Of course, a nuclear weapons capability comes with the territory: Any nation with a fully developed nuclear fuel cycle has such a weapons capability. In fact, this could be considered a major flaw in the Nuclear Non-proliferation Treaty. For instance, Japan, Argentina, and Brazil also have a latent nuclear weapons capability. Just like you can't get a speeding ticket for a car that is capable of going 110 miles per hour, it is not illicit to have a latent nuclear weapons capability.
An Israeli strike on Iran could change this latent capability into an active weaponization program. Iran’s response would likely include the expulsion of IAEA inspectors and a break-neck race to the bomb – not to mention the possibility of a region-wide conflagration and sky-high gas prices.
An Israeli strike would also have a “rally-around-the-flag” effect on the Iranian populace, allowing the regime to crack down further on political opponents and silence critics, cementing the regime’s authority.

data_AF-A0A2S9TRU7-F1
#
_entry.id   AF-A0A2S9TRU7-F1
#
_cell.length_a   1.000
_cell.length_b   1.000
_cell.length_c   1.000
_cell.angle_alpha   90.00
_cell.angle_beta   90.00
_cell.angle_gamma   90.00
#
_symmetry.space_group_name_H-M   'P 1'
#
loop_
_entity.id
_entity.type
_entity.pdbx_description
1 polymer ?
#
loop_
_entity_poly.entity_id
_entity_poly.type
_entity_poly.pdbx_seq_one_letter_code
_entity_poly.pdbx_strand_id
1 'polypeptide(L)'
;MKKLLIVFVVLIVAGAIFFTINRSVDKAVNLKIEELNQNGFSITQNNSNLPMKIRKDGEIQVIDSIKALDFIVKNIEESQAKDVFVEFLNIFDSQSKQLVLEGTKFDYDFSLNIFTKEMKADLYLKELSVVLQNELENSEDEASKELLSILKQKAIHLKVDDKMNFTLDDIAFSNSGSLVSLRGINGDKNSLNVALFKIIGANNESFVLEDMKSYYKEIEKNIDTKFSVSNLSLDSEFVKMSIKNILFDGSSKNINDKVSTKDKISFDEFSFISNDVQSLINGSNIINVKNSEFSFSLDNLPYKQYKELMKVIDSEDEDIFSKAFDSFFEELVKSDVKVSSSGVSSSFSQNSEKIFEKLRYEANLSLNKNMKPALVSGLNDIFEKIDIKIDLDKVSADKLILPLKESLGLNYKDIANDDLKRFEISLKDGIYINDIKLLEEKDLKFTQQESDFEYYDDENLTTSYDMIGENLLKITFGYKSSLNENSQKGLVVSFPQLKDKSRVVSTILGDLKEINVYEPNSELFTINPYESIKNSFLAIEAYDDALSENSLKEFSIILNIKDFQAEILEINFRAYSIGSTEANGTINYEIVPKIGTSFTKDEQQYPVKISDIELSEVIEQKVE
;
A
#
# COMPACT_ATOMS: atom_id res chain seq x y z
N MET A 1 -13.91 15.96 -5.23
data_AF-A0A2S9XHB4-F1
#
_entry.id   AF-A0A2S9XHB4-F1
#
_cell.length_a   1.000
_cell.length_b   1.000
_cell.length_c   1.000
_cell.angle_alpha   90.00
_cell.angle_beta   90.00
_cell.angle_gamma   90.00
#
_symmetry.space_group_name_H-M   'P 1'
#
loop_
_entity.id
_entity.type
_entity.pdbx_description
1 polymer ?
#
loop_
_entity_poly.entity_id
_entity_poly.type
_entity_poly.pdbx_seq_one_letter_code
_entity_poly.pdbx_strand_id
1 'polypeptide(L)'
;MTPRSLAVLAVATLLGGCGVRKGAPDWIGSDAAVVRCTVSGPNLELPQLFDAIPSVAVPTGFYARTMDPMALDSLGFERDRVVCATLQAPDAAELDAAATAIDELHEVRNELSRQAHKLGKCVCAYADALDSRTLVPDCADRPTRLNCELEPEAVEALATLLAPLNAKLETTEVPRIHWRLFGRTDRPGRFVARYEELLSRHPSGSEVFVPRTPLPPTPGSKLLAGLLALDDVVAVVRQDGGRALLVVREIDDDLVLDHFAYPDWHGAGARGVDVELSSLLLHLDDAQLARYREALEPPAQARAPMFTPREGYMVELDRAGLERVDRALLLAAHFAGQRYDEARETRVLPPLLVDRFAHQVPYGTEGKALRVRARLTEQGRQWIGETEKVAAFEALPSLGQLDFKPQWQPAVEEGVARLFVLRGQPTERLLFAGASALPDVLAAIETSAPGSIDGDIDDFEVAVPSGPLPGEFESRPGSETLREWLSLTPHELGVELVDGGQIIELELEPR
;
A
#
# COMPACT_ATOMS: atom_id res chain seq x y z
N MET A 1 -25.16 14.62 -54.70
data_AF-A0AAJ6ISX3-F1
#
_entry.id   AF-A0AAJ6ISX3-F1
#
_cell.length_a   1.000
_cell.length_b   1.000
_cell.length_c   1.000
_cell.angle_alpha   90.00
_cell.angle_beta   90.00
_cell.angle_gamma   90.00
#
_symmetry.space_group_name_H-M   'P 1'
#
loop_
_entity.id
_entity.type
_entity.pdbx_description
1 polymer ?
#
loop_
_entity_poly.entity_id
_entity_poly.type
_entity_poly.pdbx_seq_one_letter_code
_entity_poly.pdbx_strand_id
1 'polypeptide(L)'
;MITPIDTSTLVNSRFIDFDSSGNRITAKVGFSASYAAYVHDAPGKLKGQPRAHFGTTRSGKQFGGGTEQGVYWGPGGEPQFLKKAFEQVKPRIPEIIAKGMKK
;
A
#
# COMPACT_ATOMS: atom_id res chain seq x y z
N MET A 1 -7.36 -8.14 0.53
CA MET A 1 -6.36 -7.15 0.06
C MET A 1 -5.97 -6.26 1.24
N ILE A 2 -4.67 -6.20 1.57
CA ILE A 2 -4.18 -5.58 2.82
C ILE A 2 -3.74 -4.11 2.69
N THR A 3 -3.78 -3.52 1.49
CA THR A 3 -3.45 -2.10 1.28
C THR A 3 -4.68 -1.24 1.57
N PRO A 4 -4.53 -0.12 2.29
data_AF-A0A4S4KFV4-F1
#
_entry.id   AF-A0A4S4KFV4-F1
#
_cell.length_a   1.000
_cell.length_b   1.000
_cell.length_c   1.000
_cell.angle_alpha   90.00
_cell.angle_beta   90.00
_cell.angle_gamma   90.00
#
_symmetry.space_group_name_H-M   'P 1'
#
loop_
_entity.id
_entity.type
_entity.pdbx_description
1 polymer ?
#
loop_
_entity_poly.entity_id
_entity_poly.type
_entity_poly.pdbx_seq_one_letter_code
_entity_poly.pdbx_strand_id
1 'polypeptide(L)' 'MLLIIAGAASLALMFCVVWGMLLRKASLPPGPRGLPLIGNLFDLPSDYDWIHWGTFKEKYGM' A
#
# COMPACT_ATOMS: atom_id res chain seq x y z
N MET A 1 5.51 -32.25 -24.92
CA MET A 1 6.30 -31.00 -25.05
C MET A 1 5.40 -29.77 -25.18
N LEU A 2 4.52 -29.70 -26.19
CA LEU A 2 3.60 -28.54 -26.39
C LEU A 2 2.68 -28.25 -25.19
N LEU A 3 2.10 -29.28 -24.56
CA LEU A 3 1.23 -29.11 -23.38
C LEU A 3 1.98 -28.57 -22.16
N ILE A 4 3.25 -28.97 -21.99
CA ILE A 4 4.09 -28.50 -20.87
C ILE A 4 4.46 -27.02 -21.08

Recent analysis shows that a previous Israeli strike – in 1981, on Iraq’s civilian Osirak nuclear reactor complex – led Saddam Hussein to demand a nuclear deterrent and was actually the trigger for Iraq launching a full-scale effort to weaponize. A decade later, by the time of the 1991 Gulf War, Iraq was on the verge of a nuclear weapons capability.
As researcher Malfrid Braut-Hegghammer explains in a recent International Security article, such ostensibly “preventive attacks can increase the long-term proliferation risk posed by the targeted state.”